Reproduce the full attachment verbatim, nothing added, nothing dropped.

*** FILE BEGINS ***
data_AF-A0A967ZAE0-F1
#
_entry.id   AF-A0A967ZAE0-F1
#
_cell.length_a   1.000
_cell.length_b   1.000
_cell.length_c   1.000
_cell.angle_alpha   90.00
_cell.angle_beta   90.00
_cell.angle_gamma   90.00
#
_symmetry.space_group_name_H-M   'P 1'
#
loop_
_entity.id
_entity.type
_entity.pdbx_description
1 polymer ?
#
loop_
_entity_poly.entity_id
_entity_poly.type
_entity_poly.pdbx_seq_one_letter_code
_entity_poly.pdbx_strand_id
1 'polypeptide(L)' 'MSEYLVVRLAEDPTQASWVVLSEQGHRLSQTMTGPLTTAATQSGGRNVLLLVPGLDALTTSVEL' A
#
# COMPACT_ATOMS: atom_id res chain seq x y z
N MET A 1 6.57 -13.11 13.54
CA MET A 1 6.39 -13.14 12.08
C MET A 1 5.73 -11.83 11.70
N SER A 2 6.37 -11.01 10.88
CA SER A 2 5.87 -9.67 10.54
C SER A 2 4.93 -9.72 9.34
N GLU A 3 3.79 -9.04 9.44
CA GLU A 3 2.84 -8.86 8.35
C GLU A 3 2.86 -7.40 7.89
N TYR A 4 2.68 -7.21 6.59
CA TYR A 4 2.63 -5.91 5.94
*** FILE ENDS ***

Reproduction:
data_AF-A0A967ZAE0-F1
#
_entry.id   AF-A0A967ZAE0-F1
#
_cell.length_a   1.000
_cell.length_b   1.000
_cell.length_c   1.000
_cell.angle_alpha   90.00
_cell.angle_beta   90.00
_cell.angle_gamma   90.00
#
_symmetry.space_group_name_H-M   'P 1'
#
loop_
_entity.id
_entity.type
_entity.pdbx_description
1 polymer ?
#
loop_
_entity_poly.entity_id
_entity_poly.type
_entity_poly.pdbx_seq_one_letter_code
_entity_poly.pdbx_strand_id
1 'polypeptide(L)' 'MSEYLVVRLAEDPTQASWVVLSEQGHRLSQTMTGPLTTAATQSGGRNVLLLVPGLDALTTSVEL' A
#
# COMPACT_ATOMS: atom_id res chain seq x y z
N MET A 1 6.57 -13.11 13.54
CA MET A 1 6.39 -13.14 12.08
C MET A 1 5.73 -11.83 11.70
N SER A 2 6.37 -11.01 10.88
CA SER A 2 5.87 -9.67 10.54
C SER A 2 4.93 -9.72 9.34
N GLU A 3 3.79 -9.04 9.44
CA GLU A 3 2.84 -8.86 8.35
C GLU A 3 2.86 -7.40 7.89
N TYR A 4 2.68 -7.21 6.59
CA TYR A 4 2.63 -5.91 5.94